Among the most underprivileged ethnic communities in Serbia, the Roma largely live in segregated settlements on society’s fringes, facing poverty, joblessness and prejudice. A UNICEF study published last year showed that over one-third of girls in Roma settlements in Serbia aged 15-19 are already married. Of them, 16% were married before they were 15. Many experience significant abuse and neglect. Now, over the last 18 months, activists have warned that the COVID-19 pandemic has further fueled the social isolation of marginalized groups and increased their poverty. Disruptions of regular schooling due to the virus lockdowns have made it even harder for Roma children to stay in the system. Much of this has gone unnoticed on the world’s stage, but an all-female Roma band in Serbia is seeking to change that by using music to preach women’s empowerment within their community, challenging some deeply rooted traditions and centuries-old male domination.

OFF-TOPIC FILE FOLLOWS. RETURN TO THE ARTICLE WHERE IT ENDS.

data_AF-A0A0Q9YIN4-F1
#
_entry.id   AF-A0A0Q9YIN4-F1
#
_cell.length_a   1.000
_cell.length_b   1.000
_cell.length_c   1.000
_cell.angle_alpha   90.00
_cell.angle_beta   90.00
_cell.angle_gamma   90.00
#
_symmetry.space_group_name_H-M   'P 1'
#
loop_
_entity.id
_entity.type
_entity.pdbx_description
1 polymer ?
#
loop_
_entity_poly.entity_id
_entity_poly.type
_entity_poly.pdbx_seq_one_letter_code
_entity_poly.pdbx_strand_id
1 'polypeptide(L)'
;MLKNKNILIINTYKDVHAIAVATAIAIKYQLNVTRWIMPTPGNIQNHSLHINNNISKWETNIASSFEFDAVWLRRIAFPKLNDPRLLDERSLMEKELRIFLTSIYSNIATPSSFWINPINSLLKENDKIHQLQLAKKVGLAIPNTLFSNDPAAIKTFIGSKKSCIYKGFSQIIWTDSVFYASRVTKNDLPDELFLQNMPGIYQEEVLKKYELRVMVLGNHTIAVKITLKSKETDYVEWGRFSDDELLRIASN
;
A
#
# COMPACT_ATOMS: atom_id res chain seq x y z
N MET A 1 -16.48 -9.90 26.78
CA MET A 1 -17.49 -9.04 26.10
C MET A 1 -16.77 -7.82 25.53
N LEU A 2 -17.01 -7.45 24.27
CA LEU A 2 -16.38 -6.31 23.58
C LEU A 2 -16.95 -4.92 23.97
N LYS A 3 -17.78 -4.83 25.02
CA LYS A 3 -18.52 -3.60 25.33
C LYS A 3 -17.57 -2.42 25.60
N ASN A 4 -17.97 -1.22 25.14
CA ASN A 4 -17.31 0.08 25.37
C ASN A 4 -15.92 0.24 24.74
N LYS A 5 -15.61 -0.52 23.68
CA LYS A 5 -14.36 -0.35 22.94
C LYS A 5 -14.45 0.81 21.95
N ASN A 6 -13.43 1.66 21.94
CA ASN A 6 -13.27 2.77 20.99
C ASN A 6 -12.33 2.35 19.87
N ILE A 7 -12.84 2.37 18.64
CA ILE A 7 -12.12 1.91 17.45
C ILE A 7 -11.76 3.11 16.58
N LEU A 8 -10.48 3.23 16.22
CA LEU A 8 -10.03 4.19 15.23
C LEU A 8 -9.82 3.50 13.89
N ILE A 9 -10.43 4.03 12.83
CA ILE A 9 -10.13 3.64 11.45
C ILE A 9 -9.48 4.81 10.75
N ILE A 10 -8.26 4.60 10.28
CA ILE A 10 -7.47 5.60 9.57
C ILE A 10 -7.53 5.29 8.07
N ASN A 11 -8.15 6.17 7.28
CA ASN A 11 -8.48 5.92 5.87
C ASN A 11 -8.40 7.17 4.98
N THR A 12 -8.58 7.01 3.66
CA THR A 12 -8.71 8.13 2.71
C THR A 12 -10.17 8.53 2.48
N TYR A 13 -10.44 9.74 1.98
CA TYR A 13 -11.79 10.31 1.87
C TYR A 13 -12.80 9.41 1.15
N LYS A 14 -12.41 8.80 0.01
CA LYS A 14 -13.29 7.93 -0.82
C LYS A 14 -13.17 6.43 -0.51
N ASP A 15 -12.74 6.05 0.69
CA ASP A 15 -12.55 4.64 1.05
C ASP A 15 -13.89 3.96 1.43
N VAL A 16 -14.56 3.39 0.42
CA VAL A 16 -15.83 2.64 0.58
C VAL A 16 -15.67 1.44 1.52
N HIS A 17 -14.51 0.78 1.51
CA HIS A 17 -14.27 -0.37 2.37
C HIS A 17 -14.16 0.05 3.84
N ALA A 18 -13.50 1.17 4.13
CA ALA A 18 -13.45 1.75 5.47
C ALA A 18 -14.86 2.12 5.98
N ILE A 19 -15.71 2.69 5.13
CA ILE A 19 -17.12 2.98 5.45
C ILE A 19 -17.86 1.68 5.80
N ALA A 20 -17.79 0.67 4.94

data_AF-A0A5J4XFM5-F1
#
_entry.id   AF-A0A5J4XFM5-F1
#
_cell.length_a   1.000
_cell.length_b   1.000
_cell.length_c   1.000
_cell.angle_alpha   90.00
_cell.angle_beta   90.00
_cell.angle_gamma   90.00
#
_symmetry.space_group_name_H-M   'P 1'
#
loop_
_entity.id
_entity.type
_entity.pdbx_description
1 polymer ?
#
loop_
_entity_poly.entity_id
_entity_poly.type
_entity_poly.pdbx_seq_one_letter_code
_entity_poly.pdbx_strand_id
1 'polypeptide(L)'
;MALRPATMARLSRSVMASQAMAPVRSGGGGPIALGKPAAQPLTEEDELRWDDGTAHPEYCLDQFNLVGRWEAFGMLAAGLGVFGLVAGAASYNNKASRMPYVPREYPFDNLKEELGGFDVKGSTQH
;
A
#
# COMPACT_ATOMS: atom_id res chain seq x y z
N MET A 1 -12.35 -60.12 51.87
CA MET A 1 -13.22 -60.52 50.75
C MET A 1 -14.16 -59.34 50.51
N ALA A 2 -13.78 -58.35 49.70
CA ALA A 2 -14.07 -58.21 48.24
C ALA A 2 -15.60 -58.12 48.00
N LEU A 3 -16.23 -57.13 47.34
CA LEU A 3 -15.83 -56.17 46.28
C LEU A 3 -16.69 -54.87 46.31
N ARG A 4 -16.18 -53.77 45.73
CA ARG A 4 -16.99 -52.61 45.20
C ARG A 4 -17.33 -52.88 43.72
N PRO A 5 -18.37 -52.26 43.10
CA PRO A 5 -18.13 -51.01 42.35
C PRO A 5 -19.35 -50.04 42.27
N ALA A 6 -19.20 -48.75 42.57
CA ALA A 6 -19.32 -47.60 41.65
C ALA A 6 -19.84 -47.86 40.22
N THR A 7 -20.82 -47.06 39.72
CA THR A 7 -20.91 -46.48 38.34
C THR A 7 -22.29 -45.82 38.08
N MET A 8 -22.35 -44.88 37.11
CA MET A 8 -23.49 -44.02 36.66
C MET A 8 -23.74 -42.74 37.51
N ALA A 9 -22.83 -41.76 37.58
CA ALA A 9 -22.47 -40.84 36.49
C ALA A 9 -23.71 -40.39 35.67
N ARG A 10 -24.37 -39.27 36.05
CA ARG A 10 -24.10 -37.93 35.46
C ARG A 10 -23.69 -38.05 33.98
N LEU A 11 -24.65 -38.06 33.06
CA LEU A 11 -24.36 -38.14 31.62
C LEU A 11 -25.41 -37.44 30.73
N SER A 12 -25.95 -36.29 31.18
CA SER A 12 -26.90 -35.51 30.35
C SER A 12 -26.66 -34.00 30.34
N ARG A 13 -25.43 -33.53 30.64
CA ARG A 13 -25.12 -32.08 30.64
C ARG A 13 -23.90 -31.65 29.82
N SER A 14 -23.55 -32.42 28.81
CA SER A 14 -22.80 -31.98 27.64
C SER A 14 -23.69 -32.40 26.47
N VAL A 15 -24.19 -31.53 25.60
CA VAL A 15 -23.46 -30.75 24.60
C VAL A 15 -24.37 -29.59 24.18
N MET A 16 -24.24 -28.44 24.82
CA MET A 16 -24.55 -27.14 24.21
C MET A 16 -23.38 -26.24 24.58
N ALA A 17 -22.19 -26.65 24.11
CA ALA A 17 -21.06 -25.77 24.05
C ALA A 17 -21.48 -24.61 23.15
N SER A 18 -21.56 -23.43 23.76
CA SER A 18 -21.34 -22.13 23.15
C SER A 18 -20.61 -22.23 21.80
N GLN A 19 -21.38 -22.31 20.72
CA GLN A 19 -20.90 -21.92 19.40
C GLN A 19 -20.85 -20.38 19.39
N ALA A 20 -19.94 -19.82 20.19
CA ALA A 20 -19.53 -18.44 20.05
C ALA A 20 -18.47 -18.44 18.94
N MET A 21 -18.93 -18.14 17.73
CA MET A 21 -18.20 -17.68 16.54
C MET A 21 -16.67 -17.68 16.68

Their songs are about “women chained” in abuse witnessed by generations, or teenage brides being forced into marriage by their fathers. And they tell women to seek love, fight back and stand up for their right to be equal with men. Formed in 2014, “Pretty Loud” symbolically seeks to give a louder voice to Roma girls, encourage education and steer them away from the widespread custom of early marriage. The band has gained popularity and international attention, performing last year at the Women of the Year Festival in London.
Sinani, 24, said the idea for an all-female band was born at education and artistic workshops run for Roma, or Gypsies, by a private foundation, Gypsy Roma Urban Balkan Beats. The girls initially danced in GRUBB’s boys’ band and then decided they wanted one of their own, she said. “They (GRUBB) named us ‘Pretty Loud’ because they knew that women in Roma tradition are not really loud,” she said.
Learn more about Pretty Loud on their GRUBB page at https://www.wearegrubb.com/pretty-loud.